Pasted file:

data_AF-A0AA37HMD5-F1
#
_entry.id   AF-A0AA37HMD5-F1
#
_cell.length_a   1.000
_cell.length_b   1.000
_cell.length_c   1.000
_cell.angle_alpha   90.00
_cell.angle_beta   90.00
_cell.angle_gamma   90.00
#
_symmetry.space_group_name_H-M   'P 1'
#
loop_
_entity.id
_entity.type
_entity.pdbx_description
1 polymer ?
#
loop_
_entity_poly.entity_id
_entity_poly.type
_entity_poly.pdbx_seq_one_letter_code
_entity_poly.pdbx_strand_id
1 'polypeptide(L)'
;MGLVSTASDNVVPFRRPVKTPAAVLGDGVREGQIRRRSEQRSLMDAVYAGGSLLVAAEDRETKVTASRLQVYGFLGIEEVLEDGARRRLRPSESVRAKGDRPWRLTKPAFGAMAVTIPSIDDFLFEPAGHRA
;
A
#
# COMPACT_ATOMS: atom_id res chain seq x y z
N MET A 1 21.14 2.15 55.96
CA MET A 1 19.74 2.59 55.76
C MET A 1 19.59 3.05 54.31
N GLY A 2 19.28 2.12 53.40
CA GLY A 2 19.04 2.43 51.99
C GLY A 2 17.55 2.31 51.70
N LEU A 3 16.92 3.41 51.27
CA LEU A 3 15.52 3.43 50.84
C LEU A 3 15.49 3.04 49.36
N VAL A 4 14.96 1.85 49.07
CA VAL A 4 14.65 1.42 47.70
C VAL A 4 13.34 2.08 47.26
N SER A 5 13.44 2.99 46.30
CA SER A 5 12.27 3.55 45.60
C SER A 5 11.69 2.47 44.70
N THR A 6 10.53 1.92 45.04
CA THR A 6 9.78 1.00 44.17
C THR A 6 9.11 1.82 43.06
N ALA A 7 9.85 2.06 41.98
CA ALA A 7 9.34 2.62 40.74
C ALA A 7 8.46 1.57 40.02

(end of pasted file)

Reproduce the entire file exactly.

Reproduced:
data_AF-A0AA37HMD5-F1
#
_entry.id   AF-A0AA37HMD5-F1
#
_cell.length_a   1.000
_cell.length_b   1.000
_cell.length_c   1.000
_cell.angle_alpha   90.00
_cell.angle_beta   90.00
_cell.angle_gamma   90.00
#
_symmetry.space_group_name_H-M   'P 1'
#
loop_
_entity.id
_entity.type
_entity.pdbx_description
1 polymer ?
#
loop_
_entity_poly.entity_id
_entity_poly.type
_entity_poly.pdbx_seq_one_letter_code
_entity_poly.pdbx_strand_id
1 'polypeptide(L)'
;MGLVSTASDNVVPFRRPVKTPAAVLGDGVREGQIRRRSEQRSLMDAVYAGGSLLVAAEDRETKVTASRLQVYGFLGIEEVLEDGARRRLRPSESVRAKGDRPWRLTKPAFGAMAVTIPSIDDFLFEPAGHRA
;
A
#
# COMPACT_ATOMS: atom_id res chain seq x y z
N MET A 1 21.14 2.15 55.96
CA MET A 1 19.74 2.59 55.76
C MET A 1 19.59 3.05 54.31
N GLY A 2 19.28 2.12 53.40
CA GLY A 2 19.04 2.43 51.99
C GLY A 2 17.55 2.31 51.70
N LEU A 3 16.92 3.41 51.27
CA LEU A 3 15.52 3.43 50.84
C LEU A 3 15.49 3.04 49.36
N VAL A 4 14.96 1.85 49.07
CA VAL A 4 14.65 1.42 47.70
C VAL A 4 13.34 2.08 47.26
N SER A 5 13.44 2.99 46.30
CA SER A 5 12.27 3.55 45.60
C SER A 5 11.69 2.47 44.70
N THR A 6 10.53 1.92 45.04
CA THR A 6 9.78 1.00 44.17
C THR A 6 9.11 1.82 43.06
N ALA A 7 9.85 2.06 41.98
CA ALA A 7 9.34 2.62 40.74
C ALA A 7 8.46 1.57 40.02